Black-Owned Bank Adelphi Opens in Ohio, Will Focus on Developing Black Generational Wealth

Black-Owned Bank Adelphi Opens in Ohio, Will Focus on Developing Black Generational Wealth

Adelphi Bank

Left to right: Adelphi Co-founders Jordan Miller, Kamran Haydar and Kevin Boyce. (Courtesy of AdelphiBank.com)

A new Black-owned bank has opened in Columbus, Ohio, making history as the only one in the state. Adelphi Bank aims to help Black families build generational wealth by removing common barriers.

According to its website, Adelphi’s goal “is to improve the lives of our customers by removing the barriers to financial equity.” It also says it’s on a “mission to ​boost financial equity and build meaningful wealth for seamless and straightforward banking without inherent bias” for Black families.

The bank’s name pays homage to Adelphi Loan and Savings Company, Ohio’s former only Black-owned bank in the 1920s that folded during the Great Depression.

Jordan Miller is one of Adelphi’s co-founders who also serves as chairman and CEO. The other co-founders are Franklin County Commissioner Kevin Boyce, and doctor and investor Kamran Haydar. Miller once served as president of Fifth-Third Central Ohio.

He told The Black Wall Street Times the Federal Depository Insurance Corporation (FDIC) approved Adelphi to open for business on Jan. 18. Ninety-five percent of the Adelphi’s staff and board are Black. They said they want to uplift Black and other communities of color by giving them something that is not always easy to attain: access.

“At traditional institutions, who they are lending money to for mortgages and the underwriting process, generally speaking about 1% are for African-Americans. What that means is that the wealth gap is not growing at the pace that we need it to grow at to keep up with the growth of society,” Boyce said.

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Adelphi seeks to change that. He told the Times the bank’s unofficial motto is “Not what, but how?”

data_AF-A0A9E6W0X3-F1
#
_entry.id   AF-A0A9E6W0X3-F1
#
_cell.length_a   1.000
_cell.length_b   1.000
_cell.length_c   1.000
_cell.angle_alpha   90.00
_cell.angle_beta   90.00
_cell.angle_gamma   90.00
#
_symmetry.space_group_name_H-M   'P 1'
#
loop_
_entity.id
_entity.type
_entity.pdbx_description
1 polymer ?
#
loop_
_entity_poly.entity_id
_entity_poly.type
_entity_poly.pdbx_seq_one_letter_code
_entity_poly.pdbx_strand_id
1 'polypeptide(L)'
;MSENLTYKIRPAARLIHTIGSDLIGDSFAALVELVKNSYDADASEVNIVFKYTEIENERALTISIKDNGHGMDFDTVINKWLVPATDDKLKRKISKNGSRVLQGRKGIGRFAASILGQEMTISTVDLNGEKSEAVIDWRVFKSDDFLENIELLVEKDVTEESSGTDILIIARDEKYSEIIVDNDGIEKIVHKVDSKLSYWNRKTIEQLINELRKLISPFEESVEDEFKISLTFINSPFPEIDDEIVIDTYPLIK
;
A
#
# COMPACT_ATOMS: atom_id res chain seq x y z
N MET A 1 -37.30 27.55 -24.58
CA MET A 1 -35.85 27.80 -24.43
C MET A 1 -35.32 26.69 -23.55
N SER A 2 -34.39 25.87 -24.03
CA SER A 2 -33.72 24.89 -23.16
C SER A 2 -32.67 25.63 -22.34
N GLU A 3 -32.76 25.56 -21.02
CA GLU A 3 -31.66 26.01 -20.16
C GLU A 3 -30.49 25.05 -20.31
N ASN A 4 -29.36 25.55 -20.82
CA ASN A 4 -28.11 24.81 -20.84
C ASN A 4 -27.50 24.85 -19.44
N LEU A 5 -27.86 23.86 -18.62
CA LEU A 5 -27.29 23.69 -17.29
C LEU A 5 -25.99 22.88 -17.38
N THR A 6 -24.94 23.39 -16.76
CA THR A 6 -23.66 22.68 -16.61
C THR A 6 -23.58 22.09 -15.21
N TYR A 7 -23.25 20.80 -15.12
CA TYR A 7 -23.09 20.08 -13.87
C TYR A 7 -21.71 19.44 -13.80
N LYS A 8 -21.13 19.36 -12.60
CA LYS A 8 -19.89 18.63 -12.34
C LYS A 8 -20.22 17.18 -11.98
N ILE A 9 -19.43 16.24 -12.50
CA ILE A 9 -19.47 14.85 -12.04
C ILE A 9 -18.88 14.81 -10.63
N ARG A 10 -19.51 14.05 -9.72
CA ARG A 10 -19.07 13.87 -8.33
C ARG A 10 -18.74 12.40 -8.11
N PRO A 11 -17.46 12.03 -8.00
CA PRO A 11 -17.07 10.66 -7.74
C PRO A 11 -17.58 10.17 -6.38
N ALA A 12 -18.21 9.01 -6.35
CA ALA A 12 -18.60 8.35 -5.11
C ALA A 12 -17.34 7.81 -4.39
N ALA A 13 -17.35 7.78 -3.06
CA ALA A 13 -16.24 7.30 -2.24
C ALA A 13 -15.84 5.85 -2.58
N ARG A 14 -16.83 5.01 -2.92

Located in the historically Black King-Lincoln Bronzeville neighborhood, Adelphi recently exceeded its fundraising goal by raising $25 million dollars to launch the institution, Columbus Business First reported. The original goal was $20 million.

Black banks are scarce in the U.S. Adelphi is one of just 21 Black-owned banks nationwide, but it wasn’t always that way.

According to CNBC, between 1888 and 1934, there were 134 Black-owned banks, but that number has significantly dwindled to just 1 percent.

Many Black-owned banks have similar missions to Adelphi. OneUnited Bank — headquartered in Boston, Massachusetts, with branches in Miami, Florida and Los Angeles, California — is one of them. It recently launched its new Empowerment Network, with more surcharge-free ATMs than any other bank in the country.

“We listened to our customers who want better access and more control over their money,” Teri Williams, President and Chief Operating Officer of OneUnited, said in a statement. “We’re proud to make history by offering the Empowerment Network, the nation’s largest surcharge-free ATM network, while also providing better card controls through OneUnited Card Command.”

“Quite frankly, we’re elevating the BankBlack Movement by offering best-in-class services and state-of-the-art technology to better meet customer needs,” Williams added.

Most Black-owned banks take on what traditional banks see as riskier borrowers to help level the playing field for Black Americans to access funding that will help them become home and business owners.

“We looked at all the options from fintechs, to neo-banks, to credit unions and even community development financial institutions,” Boyce said. “We zeroed in on the banking platform because we felt [we should] build that as the base and we could branch out and do all of those other things as we grow.”